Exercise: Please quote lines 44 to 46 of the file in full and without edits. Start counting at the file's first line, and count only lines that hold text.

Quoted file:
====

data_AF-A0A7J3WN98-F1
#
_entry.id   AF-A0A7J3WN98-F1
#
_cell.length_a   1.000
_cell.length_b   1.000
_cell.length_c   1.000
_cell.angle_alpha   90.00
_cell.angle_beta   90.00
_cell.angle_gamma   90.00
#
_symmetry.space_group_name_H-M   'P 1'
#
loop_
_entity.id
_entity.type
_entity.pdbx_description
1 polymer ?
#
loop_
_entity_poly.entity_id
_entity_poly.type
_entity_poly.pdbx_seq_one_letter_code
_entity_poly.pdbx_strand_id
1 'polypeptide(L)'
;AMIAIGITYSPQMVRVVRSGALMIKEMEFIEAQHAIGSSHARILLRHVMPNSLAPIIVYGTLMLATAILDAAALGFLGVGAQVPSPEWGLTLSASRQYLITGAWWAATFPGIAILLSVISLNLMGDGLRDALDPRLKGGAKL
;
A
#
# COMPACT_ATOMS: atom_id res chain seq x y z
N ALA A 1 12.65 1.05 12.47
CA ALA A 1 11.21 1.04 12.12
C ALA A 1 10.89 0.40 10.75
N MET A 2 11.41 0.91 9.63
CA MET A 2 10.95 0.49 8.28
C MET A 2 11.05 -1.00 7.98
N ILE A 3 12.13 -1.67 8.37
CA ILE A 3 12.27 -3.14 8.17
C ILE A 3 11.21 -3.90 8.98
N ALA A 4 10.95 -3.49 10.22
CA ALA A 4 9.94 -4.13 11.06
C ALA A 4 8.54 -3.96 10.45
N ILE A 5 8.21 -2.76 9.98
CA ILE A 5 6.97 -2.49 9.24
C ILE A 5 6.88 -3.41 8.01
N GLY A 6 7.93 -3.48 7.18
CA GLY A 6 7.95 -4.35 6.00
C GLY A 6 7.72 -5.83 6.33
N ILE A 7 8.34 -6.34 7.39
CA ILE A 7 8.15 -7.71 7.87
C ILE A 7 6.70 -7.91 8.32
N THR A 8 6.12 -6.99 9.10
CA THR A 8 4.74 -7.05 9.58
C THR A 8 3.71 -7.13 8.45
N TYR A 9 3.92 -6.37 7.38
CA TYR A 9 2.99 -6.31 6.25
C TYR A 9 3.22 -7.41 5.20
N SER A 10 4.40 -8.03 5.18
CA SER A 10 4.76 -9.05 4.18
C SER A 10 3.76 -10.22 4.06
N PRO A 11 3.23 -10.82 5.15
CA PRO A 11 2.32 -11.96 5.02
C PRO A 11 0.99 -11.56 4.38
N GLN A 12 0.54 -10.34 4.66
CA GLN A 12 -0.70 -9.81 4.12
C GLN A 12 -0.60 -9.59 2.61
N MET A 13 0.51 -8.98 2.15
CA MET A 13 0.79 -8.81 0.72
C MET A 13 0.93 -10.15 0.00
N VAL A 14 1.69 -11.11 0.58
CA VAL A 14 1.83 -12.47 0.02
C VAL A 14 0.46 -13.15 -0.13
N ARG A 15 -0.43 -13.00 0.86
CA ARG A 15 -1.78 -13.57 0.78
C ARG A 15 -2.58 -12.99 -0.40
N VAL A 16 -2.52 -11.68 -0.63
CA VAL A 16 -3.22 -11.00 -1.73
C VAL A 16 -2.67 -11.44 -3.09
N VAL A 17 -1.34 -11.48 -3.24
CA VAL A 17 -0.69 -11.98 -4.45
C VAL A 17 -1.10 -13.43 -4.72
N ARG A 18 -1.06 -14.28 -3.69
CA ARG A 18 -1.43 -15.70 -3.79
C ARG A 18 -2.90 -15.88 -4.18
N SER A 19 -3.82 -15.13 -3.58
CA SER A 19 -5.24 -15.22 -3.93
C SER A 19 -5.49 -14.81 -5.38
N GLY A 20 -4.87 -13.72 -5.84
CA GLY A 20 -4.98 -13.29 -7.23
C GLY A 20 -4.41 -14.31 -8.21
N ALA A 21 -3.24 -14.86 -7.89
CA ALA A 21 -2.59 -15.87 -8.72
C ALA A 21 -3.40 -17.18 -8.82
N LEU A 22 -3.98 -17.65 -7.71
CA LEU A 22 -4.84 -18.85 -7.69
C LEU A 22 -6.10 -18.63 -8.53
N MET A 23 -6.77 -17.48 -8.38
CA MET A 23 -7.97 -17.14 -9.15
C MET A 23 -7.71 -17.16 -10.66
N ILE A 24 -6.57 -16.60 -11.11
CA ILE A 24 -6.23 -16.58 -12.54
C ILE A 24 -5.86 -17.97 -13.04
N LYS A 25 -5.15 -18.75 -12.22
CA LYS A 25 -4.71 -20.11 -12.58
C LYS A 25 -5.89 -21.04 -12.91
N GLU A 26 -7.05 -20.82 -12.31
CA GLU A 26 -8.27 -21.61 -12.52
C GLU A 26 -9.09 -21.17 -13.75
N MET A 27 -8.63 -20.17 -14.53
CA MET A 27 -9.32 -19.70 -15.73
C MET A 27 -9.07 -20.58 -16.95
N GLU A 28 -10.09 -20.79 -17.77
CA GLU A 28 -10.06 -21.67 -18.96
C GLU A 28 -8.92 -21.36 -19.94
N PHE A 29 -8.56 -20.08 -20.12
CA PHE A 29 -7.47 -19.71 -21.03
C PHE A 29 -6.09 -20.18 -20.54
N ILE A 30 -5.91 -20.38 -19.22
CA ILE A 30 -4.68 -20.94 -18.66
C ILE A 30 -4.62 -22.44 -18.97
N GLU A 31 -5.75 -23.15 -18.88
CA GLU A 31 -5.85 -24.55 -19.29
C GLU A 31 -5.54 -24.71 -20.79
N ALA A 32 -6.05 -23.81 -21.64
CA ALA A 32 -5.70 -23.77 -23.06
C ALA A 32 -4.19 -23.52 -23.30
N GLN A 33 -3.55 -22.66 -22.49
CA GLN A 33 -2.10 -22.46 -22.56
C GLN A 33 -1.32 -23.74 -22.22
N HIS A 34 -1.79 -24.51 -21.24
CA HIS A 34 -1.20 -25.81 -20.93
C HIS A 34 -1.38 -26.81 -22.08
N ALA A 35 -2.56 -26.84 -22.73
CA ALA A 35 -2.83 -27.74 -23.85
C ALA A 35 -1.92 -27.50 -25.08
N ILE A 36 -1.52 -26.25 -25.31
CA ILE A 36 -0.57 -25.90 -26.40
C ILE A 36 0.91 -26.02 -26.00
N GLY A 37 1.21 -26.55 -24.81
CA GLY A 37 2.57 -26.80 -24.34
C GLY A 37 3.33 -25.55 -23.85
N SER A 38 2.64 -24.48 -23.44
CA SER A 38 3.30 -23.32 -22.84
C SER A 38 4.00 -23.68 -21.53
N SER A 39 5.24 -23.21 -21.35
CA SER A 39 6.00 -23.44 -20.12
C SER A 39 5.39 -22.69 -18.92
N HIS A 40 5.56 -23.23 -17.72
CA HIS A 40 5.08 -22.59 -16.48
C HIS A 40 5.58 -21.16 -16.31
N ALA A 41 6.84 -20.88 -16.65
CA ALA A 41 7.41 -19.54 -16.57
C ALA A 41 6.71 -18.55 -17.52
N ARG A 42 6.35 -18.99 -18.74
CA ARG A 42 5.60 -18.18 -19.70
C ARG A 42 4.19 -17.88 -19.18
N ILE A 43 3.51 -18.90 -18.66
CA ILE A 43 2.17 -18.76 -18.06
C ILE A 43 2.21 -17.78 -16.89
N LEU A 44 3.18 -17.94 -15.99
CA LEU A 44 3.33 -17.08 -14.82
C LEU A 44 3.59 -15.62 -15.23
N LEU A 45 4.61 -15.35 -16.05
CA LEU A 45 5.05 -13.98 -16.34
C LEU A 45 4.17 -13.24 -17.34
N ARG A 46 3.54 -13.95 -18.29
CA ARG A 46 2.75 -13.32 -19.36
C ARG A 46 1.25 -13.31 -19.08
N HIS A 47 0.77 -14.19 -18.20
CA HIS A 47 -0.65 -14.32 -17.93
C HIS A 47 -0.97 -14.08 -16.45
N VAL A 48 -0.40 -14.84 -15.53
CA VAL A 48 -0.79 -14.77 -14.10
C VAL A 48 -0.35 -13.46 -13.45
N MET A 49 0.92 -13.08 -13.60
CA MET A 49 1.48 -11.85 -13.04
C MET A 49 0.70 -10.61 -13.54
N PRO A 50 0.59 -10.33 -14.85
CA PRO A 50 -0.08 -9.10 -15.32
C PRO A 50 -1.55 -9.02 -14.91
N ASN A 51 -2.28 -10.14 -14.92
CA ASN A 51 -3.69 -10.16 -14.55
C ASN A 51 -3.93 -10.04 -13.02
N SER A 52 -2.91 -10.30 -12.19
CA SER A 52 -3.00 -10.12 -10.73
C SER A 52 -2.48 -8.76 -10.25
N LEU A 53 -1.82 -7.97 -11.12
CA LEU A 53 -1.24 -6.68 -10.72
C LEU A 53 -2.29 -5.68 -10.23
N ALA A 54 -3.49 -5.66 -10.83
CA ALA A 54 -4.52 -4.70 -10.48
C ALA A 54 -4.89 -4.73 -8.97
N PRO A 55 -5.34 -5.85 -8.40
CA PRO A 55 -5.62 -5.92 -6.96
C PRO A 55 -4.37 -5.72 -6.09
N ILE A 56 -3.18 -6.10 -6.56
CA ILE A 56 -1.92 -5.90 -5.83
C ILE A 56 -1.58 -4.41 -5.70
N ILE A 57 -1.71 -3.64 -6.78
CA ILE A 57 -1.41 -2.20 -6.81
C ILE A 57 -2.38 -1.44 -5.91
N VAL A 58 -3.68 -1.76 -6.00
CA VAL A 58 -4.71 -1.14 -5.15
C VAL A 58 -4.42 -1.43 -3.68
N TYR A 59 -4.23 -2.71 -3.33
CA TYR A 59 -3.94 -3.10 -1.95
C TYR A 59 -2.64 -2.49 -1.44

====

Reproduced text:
CA ILE A 5 6.97 -2.49 9.24
C ILE A 5 6.88 -3.41 8.01
N GLY A 6 7.93 -3.48 7.18